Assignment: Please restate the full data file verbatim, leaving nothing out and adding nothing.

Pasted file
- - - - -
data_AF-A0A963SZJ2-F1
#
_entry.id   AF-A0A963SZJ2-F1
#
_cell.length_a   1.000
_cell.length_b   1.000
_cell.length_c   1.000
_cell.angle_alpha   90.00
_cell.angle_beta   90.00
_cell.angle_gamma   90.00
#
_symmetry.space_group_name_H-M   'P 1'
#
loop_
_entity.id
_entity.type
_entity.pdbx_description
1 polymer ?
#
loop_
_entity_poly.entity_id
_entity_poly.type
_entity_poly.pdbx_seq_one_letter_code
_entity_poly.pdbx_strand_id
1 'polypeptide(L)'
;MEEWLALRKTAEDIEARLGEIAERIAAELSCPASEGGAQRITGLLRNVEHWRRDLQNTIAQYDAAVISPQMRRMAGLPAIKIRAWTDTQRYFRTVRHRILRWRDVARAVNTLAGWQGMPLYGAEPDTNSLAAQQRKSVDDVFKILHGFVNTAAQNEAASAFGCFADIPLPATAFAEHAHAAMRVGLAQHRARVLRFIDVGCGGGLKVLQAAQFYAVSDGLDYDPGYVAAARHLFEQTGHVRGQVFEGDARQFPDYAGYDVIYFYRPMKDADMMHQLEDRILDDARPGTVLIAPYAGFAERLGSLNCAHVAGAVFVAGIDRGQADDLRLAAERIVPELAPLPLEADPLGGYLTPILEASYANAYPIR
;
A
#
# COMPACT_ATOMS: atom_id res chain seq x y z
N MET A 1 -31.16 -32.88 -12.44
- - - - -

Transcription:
data_AF-A0A963SZJ2-F1
#
_entry.id   AF-A0A963SZJ2-F1
#
_cell.length_a   1.000
_cell.length_b   1.000
_cell.length_c   1.000
_cell.angle_alpha   90.00
_cell.angle_beta   90.00
_cell.angle_gamma   90.00
#
_symmetry.space_group_name_H-M   'P 1'
#
loop_
_entity.id
_entity.type
_entity.pdbx_description
1 polymer ?
#
loop_
_entity_poly.entity_id
_entity_poly.type
_entity_poly.pdbx_seq_one_letter_code
_entity_poly.pdbx_strand_id
1 'polypeptide(L)'
;MEEWLALRKTAEDIEARLGEIAERIAAELSCPASEGGAQRITGLLRNVEHWRRDLQNTIAQYDAAVISPQMRRMAGLPAIKIRAWTDTQRYFRTVRHRILRWRDVARAVNTLAGWQGMPLYGAEPDTNSLAAQQRKSVDDVFKILHGFVNTAAQNEAASAFGCFADIPLPATAFAEHAHAAMRVGLAQHRARVLRFIDVGCGGGLKVLQAAQFYAVSDGLDYDPGYVAAARHLFEQTGHVRGQVFEGDARQFPDYAGYDVIYFYRPMKDADMMHQLEDRILDDARPGTVLIAPYAGFAERLGSLNCAHVAGAVFVAGIDRGQADDLRLAAERIVPELAPLPLEADPLGGYLTPILEASYANAYPIR
;
A
#
# COMPACT_ATOMS: atom_id res chain seq x y z
N MET A 1 -31.16 -32.88 -12.44